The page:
ReferencesReferences in Scopus
 
DC FieldValue
dc.contributor.authorLi, SY
 
dc.contributor.authorYang, D
 
dc.contributor.authorFu, ZJ
 
dc.contributor.authorWoo, T
 
dc.contributor.authorWong, D
 
dc.contributor.authorLo, ACY
 
dc.date.accessioned2012-04-10T01:50:11Z
 
dc.date.available2012-04-10T01:50:11Z
 
dc.date.issued2012
 
dc.description.abstractIntroduction: Stroke is one of the leading causes of death worldwide. Protective agents that could diminish the injuries induced by cerebral ischemia/reperfusion (I/R) are crucial to alleviate the detrimental outcome of stroke. The aim of this study is to investigate the protective roles of lutein in cerebral I/R injury. Methods: Two-hour cerebral ischemia was induced by unilateral middle cerebral artery occlusion (MCAo) in mice. Either lutein (0.2. mg/kg) or vehicle was given to mice intraperitoneally 1. h after MCAo and 1. h after reperfusion. Neurological deficits were evaluated at 22. h after reperfusion while survival rate was assessed daily until 7. days after reperfusion. Brains were cut into 2. mm-thick coronal slices and stained with 2% 2,3,5-triphenyltetrazolium chloride to determine the infarct size after MCAo. Paraffin-embedded brain sections were prepared for TUNEL assay and immunohistochemistry. Protein lysate was collected for Western blotting experiments. Results: Higher survival rate, better neurological scores, smaller infarct area and smaller infarct volume were noted in the lutein-treated group. Immunohistochemistry data showed a decrease of immunoreactivity of nitrotyrosine, poly(ADP-ribose) and NFκB in the lutein-treated brains. Western blotting data showed decreased levels of Cox-2, pERK, and pIκB, but increased levels of Bcl-2, heat shock protein 70 and pAkt in the lutein-treated brains. Conclusions: Post-treatment of lutein protected the brain from I/R injury, probably by its anti-apoptotic, anti-oxidative and anti-inflammatory properties. These suggest that lutein could diminish the deleterious outcomes of cerebral I/R and may be used as a potential treatment for stroke patients. © 2011 Elsevier Inc..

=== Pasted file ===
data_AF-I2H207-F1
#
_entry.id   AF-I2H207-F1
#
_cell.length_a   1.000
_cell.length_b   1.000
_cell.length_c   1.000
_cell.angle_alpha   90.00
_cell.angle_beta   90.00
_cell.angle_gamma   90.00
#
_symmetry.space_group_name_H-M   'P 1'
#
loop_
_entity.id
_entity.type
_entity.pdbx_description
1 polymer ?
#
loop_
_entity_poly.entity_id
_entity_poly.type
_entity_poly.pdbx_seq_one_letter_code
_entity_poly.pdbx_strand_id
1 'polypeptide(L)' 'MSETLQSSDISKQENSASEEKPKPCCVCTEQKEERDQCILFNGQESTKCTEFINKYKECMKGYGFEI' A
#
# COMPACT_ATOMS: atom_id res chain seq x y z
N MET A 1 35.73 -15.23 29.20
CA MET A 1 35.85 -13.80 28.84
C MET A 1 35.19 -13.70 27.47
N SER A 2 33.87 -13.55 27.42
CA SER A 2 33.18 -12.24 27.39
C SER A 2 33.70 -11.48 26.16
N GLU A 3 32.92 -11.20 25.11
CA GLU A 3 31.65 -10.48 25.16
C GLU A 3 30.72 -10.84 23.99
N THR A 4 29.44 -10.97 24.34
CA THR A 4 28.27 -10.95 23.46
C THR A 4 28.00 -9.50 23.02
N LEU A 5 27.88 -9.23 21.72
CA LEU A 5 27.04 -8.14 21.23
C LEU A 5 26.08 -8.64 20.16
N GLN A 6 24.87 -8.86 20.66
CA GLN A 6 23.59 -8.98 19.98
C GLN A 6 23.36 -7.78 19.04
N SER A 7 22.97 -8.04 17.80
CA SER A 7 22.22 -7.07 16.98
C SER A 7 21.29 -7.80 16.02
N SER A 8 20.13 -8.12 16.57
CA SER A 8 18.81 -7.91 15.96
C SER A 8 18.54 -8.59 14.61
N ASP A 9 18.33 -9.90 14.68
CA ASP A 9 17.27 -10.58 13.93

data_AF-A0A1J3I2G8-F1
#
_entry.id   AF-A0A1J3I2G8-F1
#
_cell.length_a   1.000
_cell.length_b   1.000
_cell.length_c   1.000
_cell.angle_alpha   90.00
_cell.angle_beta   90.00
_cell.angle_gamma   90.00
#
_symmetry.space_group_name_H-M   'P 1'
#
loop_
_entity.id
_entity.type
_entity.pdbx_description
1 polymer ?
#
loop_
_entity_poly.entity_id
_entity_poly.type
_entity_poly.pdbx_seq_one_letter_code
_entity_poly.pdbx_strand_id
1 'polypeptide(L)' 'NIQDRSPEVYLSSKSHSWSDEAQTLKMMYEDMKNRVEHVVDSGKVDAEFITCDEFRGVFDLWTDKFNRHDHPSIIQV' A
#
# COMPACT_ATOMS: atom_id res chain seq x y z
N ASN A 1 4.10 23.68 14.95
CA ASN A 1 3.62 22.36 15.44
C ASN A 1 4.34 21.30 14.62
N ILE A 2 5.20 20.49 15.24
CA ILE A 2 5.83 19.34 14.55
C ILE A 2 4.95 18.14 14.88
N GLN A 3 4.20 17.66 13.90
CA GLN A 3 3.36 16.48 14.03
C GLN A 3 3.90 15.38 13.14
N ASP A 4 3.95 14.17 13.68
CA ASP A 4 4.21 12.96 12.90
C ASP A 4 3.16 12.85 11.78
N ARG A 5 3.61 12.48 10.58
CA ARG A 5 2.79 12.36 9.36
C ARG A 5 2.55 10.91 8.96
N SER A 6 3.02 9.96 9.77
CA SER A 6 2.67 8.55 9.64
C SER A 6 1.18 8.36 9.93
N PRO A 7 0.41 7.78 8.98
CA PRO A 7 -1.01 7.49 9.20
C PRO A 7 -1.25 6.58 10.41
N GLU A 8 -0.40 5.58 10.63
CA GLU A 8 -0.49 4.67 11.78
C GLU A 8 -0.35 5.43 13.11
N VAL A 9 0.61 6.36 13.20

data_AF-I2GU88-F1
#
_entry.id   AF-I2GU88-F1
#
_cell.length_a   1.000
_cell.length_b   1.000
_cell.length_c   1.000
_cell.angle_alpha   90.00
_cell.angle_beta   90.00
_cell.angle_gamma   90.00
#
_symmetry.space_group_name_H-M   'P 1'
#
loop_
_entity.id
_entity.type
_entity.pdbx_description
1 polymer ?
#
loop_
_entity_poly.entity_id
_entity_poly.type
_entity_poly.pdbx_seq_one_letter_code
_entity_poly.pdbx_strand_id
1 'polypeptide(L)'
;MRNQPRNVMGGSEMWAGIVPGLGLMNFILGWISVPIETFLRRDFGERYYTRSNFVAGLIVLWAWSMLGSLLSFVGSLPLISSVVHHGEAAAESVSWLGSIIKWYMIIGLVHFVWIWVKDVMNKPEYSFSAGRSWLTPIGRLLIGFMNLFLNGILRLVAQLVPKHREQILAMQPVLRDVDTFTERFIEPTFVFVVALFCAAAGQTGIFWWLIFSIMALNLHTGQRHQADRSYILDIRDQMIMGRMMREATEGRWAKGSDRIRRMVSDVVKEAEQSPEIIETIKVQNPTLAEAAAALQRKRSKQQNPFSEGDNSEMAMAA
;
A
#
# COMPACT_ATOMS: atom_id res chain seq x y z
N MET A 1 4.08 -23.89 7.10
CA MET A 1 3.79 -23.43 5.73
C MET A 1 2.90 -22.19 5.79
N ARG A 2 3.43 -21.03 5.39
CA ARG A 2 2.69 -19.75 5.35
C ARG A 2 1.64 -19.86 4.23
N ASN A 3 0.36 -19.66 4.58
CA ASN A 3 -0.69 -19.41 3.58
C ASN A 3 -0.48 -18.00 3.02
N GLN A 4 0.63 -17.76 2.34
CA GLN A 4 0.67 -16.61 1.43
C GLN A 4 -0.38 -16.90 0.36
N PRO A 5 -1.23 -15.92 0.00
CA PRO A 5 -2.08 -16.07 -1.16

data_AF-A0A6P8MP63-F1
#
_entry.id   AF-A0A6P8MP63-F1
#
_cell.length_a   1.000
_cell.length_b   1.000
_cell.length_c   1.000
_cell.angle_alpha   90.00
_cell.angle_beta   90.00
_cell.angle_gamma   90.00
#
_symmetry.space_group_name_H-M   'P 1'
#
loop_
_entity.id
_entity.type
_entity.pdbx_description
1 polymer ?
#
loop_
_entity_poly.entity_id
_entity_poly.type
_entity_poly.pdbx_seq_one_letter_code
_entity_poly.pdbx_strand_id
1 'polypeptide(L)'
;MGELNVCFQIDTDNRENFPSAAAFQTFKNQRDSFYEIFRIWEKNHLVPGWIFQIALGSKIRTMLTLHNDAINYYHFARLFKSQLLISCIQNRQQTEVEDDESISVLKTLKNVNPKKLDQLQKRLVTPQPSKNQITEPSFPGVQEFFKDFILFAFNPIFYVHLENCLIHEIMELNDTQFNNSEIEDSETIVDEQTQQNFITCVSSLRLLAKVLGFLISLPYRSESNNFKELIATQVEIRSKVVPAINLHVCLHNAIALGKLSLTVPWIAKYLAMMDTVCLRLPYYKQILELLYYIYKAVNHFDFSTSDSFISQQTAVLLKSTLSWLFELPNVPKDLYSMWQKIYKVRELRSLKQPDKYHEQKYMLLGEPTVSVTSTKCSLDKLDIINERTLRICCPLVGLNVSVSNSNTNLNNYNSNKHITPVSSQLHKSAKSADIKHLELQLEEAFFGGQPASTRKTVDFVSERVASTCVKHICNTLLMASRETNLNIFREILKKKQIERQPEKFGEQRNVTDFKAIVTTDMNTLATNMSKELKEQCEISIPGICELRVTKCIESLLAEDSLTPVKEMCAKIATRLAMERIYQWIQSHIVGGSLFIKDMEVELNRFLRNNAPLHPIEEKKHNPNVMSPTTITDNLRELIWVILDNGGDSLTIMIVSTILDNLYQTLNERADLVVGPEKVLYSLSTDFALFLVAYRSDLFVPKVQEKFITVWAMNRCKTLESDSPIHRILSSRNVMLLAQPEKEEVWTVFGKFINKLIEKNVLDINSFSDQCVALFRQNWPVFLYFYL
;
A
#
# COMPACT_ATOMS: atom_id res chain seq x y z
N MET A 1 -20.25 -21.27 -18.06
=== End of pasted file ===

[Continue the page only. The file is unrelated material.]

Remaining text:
dc.description.natureLink_to_subscribed_fulltext
 
dc.identifier.citationNeurobiology Of Disease, 2012, v. 45 n. 1, p. 624-632 [How to Cite?]
DOI: http://dx.doi.org/10.1016/j.nbd.2011.10.008
 
dc.identifier.citeulike9932106
 
dc.identifier.doihttp://dx.doi.org/10.1016/j.nbd.2011.10.008
 
dc.identifier.epage632
 
dc.identifier.hkuros205718
 
dc.identifier.isiWOS:000297883500069
Funding AgencyGrant Number
Hong Kong Research Grants CouncilHKU773210M
University of Hong Kong
Funding Information:

This research was supported by the grants from the Hong Kong Research Grants Council (GRF #HKU773210M) and the University Development Fund from The University of Hong Kong.

 
dc.identifier.issn0969-9961
2012 Impact Factor: 5.624
2012 SCImago Journal Rankings: 2.334
 
dc.identifier.issue1